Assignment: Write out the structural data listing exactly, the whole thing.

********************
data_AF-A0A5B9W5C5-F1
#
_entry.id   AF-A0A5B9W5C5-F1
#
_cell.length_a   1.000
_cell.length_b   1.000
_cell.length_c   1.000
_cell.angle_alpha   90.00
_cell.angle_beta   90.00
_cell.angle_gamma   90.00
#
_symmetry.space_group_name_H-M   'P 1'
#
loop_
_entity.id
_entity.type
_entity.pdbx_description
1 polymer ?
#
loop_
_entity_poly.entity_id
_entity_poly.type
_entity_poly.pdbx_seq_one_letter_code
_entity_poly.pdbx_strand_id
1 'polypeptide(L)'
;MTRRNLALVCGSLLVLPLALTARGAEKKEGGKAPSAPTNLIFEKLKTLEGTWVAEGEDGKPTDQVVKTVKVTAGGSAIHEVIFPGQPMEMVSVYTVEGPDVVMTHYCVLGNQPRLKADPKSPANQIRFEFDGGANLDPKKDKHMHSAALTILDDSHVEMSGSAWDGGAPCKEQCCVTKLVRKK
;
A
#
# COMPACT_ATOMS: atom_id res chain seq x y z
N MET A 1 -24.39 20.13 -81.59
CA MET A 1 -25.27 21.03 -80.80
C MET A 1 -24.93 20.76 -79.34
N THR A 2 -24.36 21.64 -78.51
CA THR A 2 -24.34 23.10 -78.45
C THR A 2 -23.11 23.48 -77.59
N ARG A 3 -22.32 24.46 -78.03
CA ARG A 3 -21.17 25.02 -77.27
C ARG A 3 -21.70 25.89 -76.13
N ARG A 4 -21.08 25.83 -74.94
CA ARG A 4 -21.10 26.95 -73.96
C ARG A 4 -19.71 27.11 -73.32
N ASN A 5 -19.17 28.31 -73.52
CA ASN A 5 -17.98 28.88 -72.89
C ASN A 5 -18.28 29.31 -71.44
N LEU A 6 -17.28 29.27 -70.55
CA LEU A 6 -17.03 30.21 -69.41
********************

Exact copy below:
data_AF-A0A5B9W5C5-F1
#
_entry.id   AF-A0A5B9W5C5-F1
#
_cell.length_a   1.000
_cell.length_b   1.000
_cell.length_c   1.000
_cell.angle_alpha   90.00
_cell.angle_beta   90.00
_cell.angle_gamma   90.00
#
_symmetry.space_group_name_H-M   'P 1'
#
loop_
_entity.id
_entity.type
_entity.pdbx_description
1 polymer ?
#
loop_
_entity_poly.entity_id
_entity_poly.type
_entity_poly.pdbx_seq_one_letter_code
_entity_poly.pdbx_strand_id
1 'polypeptide(L)'
;MTRRNLALVCGSLLVLPLALTARGAEKKEGGKAPSAPTNLIFEKLKTLEGTWVAEGEDGKPTDQVVKTVKVTAGGSAIHEVIFPGQPMEMVSVYTVEGPDVVMTHYCVLGNQPRLKADPKSPANQIRFEFDGGANLDPKKDKHMHSAALTILDDSHVEMSGSAWDGGAPCKEQCCVTKLVRKK
;
A
#
# COMPACT_ATOMS: atom_id res chain seq x y z
N MET A 1 -24.39 20.13 -81.59
CA MET A 1 -25.27 21.03 -80.80
C MET A 1 -24.93 20.76 -79.34
N THR A 2 -24.36 21.64 -78.51
CA THR A 2 -24.34 23.10 -78.45
C THR A 2 -23.11 23.48 -77.59
N ARG A 3 -22.32 24.46 -78.03
CA ARG A 3 -21.17 25.02 -77.27
C ARG A 3 -21.70 25.89 -76.13
N ARG A 4 -21.08 25.83 -74.94
CA ARG A 4 -21.10 26.95 -73.96
C ARG A 4 -19.71 27.11 -73.32
N ASN A 5 -19.17 28.31 -73.52
CA ASN A 5 -17.98 28.88 -72.89
C ASN A 5 -18.28 29.31 -71.44
N LEU A 6 -17.28 29.27 -70.55
CA LEU A 6 -17.03 30.21 -69.41